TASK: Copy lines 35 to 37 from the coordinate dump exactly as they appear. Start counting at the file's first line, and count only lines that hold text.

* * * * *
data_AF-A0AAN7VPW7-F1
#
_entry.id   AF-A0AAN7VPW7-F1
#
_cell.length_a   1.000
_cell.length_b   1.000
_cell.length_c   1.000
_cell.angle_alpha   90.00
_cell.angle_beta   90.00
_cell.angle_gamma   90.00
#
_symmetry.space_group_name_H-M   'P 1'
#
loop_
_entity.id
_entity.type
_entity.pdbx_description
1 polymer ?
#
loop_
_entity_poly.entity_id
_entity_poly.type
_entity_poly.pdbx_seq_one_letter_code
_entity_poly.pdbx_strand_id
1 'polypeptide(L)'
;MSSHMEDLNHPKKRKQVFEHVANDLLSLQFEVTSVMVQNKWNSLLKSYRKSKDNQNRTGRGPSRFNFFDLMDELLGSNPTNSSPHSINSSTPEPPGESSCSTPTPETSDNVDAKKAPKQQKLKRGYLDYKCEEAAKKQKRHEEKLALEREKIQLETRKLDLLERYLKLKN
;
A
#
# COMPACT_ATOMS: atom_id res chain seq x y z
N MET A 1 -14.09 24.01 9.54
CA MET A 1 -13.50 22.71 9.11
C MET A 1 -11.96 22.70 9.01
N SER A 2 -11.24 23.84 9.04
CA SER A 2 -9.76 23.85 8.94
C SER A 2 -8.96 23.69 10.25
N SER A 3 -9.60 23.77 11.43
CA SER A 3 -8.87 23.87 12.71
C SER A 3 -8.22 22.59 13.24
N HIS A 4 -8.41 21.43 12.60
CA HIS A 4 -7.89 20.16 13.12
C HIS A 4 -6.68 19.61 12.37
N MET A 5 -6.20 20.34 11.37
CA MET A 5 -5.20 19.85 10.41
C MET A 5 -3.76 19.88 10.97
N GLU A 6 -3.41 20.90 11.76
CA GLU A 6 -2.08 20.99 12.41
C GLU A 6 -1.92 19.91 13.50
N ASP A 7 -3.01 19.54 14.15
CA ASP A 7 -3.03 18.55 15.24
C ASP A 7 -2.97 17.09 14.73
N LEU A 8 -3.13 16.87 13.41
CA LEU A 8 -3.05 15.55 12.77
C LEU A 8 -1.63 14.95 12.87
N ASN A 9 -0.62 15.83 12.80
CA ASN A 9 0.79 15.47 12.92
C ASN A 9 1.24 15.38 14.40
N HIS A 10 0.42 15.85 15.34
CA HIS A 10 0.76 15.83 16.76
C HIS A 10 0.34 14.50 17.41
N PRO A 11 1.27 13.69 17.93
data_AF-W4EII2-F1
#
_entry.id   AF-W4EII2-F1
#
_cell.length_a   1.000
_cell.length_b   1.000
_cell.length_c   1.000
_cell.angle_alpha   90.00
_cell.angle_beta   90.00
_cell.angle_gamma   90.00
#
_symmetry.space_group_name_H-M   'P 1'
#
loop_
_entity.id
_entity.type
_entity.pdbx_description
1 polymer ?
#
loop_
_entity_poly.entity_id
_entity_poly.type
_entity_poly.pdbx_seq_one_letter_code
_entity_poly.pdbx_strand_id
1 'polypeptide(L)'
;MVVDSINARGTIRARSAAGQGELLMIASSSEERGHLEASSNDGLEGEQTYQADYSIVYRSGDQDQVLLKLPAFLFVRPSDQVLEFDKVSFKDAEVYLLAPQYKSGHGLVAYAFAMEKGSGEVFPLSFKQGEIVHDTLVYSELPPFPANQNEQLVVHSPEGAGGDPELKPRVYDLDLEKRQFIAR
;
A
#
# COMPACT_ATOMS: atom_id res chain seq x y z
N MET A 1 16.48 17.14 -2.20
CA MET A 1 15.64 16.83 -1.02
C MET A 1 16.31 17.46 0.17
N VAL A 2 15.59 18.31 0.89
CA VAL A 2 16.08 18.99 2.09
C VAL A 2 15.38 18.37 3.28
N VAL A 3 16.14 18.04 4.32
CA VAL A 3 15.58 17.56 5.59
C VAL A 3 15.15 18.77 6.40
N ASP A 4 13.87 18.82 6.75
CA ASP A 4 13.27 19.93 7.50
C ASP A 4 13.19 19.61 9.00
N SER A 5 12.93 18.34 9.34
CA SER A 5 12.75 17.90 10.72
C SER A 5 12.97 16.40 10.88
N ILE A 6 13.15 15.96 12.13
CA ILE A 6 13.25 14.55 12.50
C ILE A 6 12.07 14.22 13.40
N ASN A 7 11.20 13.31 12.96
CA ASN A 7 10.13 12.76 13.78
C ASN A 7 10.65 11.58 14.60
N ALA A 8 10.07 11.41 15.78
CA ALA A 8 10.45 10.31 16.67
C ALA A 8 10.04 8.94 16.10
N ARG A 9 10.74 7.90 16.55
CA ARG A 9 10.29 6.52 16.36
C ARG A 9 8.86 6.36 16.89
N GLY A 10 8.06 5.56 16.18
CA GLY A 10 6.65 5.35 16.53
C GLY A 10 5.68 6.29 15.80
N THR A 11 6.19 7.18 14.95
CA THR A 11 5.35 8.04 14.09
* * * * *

CA SER A 2 -9.76 23.85 8.94
C SER A 2 -8.96 23.69 10.25
N SER A 3 -9.60 23.77 11.43